Citing threat, Wayne school board president lodges police report against local father
Protestors gather in Wayne to oppose face mask mandate for students Protestors gather on Valley Road in Wayne to oppose the state’s mandate that children wear face masks in school on Thursday, August 19, 2021. Michael Karas, NorthJersey.com
WAYNE — The school board president has filed a police report and may press charges against a local father who she said threatened her at a public meeting on Thursday. Catherine Kazan, first elected to the Board of Education eight years ago, said on Friday that she is seeking legal counsel after Mark Faber, a resident of Overlook Avenue, allegedly told her that he would go to her “[expletive] house.” “I’m seeing if I can pursue charges,” Kazan said. “That’s what I think needs to happen.”
Kazan said the exchange occurred when another speaker refused to step away from the lectern after her time limit expired. The meeting was getting out of control, she said, so trustee Michael Bubba motioned for an early adjournment. “He basically charged the dais,” Kazan said of Faber.
PUBLIC BIDDING: Widow of man killed by truck tire questions Wayne paving contract The meeting was in the auditorium at Wayne Hills High School. Recent meetings have attracted dozens of parents, so the venue was moved in advance to accommodate an anticipated crowd.
Faber, a father of four, did not return a call placed to his cellphone. Some parents objected this week to certain school library books, which they thought were improper, Kazan said. “If you want help from the board and administration,” Kazan said, “there are far better ways to go about getting it.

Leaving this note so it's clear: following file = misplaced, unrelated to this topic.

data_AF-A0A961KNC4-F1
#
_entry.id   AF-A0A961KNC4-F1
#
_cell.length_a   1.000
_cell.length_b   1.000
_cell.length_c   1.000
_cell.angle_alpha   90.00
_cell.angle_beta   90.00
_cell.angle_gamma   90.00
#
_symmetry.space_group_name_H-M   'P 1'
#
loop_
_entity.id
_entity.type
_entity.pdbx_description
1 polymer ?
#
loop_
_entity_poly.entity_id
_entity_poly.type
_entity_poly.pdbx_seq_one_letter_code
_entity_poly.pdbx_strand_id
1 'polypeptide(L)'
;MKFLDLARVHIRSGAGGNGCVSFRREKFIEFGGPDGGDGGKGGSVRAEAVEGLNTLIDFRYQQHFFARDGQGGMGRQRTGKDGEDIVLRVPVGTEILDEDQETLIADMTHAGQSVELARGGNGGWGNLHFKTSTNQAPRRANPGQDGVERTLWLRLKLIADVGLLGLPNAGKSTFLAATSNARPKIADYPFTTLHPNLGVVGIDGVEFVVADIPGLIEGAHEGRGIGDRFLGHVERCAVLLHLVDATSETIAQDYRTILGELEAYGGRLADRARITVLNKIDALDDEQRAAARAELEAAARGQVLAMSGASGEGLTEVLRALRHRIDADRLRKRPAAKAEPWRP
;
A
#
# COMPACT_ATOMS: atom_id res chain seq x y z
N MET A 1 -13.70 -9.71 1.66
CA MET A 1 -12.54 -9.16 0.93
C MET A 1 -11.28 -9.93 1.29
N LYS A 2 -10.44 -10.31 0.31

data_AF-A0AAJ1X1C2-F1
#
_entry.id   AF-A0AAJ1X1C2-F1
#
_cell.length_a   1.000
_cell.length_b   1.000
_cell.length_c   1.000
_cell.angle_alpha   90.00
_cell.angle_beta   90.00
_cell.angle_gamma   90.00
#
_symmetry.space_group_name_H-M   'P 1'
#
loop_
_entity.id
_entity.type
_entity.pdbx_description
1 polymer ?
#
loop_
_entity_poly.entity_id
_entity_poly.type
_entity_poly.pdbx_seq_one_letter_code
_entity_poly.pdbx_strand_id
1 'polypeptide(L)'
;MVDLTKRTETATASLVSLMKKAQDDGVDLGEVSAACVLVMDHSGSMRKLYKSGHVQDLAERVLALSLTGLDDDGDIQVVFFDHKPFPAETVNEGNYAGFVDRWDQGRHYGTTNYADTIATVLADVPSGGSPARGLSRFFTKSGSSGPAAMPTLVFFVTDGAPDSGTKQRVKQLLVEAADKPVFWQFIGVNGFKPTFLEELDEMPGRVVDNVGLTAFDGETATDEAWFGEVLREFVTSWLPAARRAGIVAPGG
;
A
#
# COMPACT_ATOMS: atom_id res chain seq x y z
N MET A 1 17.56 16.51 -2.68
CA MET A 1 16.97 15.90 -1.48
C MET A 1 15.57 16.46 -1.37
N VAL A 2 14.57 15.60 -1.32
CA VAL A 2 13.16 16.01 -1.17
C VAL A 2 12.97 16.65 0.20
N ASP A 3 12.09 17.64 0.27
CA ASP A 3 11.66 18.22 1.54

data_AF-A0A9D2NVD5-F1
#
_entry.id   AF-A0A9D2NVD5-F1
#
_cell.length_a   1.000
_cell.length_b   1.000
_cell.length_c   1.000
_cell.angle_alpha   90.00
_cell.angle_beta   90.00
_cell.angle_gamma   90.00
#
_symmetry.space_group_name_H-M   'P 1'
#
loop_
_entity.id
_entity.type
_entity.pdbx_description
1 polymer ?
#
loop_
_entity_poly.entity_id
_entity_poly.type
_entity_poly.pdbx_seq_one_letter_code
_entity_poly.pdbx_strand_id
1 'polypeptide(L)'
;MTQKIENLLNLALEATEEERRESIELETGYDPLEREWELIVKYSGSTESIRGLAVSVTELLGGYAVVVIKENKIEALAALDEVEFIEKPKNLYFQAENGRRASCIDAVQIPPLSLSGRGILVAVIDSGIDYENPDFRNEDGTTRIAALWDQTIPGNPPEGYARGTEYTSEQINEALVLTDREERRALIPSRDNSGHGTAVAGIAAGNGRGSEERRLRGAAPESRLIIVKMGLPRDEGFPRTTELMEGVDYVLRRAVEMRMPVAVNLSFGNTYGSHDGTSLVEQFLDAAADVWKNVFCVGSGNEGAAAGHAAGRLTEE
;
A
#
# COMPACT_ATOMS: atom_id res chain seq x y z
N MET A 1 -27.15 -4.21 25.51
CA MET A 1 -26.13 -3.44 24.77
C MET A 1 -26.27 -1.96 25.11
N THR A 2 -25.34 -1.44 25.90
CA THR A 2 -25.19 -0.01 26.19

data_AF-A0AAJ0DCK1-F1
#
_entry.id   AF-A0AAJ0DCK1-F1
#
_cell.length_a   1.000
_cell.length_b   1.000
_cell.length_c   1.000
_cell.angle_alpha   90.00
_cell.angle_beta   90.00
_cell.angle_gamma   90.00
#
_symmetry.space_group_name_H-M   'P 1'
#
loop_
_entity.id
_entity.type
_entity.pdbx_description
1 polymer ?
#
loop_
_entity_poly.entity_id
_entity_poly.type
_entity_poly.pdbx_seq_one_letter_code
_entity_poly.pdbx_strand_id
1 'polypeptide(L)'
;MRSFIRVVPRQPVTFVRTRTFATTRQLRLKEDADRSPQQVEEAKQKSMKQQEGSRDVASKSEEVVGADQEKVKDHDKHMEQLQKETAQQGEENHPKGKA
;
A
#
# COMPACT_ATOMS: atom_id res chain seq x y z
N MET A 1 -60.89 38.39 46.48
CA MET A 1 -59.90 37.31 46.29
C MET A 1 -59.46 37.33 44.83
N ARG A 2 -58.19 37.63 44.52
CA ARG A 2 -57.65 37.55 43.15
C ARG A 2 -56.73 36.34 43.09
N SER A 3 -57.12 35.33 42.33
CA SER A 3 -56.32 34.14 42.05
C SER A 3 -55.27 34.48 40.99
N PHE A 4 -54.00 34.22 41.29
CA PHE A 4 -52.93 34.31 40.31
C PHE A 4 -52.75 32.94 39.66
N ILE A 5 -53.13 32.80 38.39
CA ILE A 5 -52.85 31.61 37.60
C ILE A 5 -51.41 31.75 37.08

We’re there to serve, and we’re not avoiding our service.” Incidents similar to Thursday’s are drawing national attention. The Office of the U.S.
Attorney General released a memo on Monday citing a “disturbing spike” in harassment and intimidation against school personnel across the country. The FBI was directed to hold meetings with law enforcement agents on all levels to address the threats, which have included everything from yelling of a Nazi salute in Michigan to hate mail in Ohio. Last week, the National School Boards Association asked for “immediate assistance” from federal authorities to protect educators from the acts of violence.
LAND USE: Wayne zoners OK Turkish school, but not dorms, for tract in office district In at least five states, leadership for the association wrote in a letter to President Joe Biden, school boards have been “confronted by angry mobs” and then forced to end meetings abruptly. Most violence has been fueled by debates over how to teach complex subjects, like race and gender equality, and how to ensure health of staff and students amid the COVID-19 pandemic, according to the Virginia-based organization.
“Clearly, we’ve been experiencing it,” Kazan said of the threats, “and it’s escalating.” TRENDING: Kamala Harris visits North Jersey, pushes for more funding for child care Philip DeVencentis is a local reporter for NorthJersey.com.
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